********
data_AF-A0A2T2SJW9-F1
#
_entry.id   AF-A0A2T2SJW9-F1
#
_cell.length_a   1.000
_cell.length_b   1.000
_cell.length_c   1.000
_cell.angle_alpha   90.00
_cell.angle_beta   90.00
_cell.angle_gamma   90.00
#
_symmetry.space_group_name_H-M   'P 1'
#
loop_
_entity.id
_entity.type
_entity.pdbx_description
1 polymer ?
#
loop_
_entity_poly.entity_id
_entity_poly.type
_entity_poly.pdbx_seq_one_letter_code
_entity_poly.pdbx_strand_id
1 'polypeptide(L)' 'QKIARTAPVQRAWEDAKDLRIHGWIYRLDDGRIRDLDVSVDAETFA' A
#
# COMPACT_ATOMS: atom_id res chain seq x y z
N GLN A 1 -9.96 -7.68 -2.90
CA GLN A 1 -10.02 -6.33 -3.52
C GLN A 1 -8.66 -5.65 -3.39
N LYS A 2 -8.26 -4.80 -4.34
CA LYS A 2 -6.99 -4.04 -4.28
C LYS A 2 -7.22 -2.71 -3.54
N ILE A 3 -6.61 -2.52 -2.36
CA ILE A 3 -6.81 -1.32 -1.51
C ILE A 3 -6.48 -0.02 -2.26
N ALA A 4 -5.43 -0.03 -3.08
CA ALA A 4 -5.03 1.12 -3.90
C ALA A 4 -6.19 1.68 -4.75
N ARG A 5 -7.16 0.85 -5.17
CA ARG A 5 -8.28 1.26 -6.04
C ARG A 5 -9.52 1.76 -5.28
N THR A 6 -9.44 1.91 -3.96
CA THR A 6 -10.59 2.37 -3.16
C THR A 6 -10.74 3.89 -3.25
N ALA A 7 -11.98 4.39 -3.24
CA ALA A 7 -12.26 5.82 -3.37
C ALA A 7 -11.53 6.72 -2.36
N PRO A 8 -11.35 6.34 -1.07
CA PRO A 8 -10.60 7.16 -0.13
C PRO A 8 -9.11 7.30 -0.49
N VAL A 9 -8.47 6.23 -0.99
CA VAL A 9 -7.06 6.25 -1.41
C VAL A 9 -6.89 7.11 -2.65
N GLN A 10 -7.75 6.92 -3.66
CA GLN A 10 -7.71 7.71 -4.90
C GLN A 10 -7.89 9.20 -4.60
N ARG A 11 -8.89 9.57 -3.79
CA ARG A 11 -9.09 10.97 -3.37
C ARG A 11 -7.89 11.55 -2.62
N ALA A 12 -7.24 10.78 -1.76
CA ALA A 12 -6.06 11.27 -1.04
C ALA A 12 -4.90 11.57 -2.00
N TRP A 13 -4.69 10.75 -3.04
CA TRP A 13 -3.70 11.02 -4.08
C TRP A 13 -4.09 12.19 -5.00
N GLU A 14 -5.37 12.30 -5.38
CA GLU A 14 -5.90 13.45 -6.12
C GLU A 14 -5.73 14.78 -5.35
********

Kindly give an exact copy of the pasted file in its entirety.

data_AF-A0A2T2SJW9-F1
#
_entry.id   AF-A0A2T2SJW9-F1
#
_cell.length_a   1.000
_cell.length_b   1.000
_cell.length_c   1.000
_cell.angle_alpha   90.00
_cell.angle_beta   90.00
_cell.angle_gamma   90.00
#
_symmetry.space_group_name_H-M   'P 1'
#
loop_
_entity.id
_entity.type
_entity.pdbx_description
1 polymer ?
#
loop_
_entity_poly.entity_id
_entity_poly.type
_entity_poly.pdbx_seq_one_letter_code
_entity_poly.pdbx_strand_id
1 'polypeptide(L)' 'QKIARTAPVQRAWEDAKDLRIHGWIYRLDDGRIRDLDVSVDAETFA' A
#
# COMPACT_ATOMS: atom_id res chain seq x y z
N GLN A 1 -9.96 -7.68 -2.90
CA GLN A 1 -10.02 -6.33 -3.52
C GLN A 1 -8.66 -5.65 -3.39
N LYS A 2 -8.26 -4.80 -4.34
CA LYS A 2 -6.99 -4.04 -4.28
C LYS A 2 -7.22 -2.71 -3.54
N ILE A 3 -6.61 -2.52 -2.36
CA ILE A 3 -6.81 -1.32 -1.51
C ILE A 3 -6.48 -0.02 -2.26
N ALA A 4 -5.43 -0.03 -3.08
CA ALA A 4 -5.03 1.12 -3.90
C ALA A 4 -6.19 1.68 -4.75
N ARG A 5 -7.16 0.85 -5.17
CA ARG A 5 -8.28 1.26 -6.04
C ARG A 5 -9.52 1.76 -5.28
N THR A 6 -9.44 1.91 -3.96
CA THR A 6 -10.59 2.37 -3.16
C THR A 6 -10.74 3.89 -3.25
N ALA A 7 -11.98 4.39 -3.24
CA ALA A 7 -12.26 5.82 -3.37
C ALA A 7 -11.53 6.72 -2.36
N PRO A 8 -11.35 6.34 -1.07
CA PRO A 8 -10.60 7.16 -0.13
C PRO A 8 -9.11 7.30 -0.49
N VAL A 9 -8.47 6.23 -0.99
CA VAL A 9 -7.06 6.25 -1.41
C VAL A 9 -6.89 7.11 -2.65
N GLN A 10 -7.75 6.92 -3.66
CA GLN A 10 -7.71 7.71 -4.90
C GLN A 10 -7.89 9.20 -4.60
N ARG A 11 -8.89 9.57 -3.79
CA ARG A 11 -9.09 10.97 -3.37
C ARG A 11 -7.89 11.55 -2.62
N ALA A 12 -7.24 10.78 -1.76
CA ALA A 12 -6.06 11.27 -1.04
C ALA A 12 -4.90 11.57 -2.00
N TRP A 13 -4.69 10.75 -3.04
CA TRP A 13 -3.70 11.02 -4.08
C TRP A 13 -4.09 12.19 -5.00
N GLU A 14 -5.37 12.30 -5.38
CA GLU A 14 -5.90 13.45 -6.12
C GLU A 14 -5.73 14.78 -5.35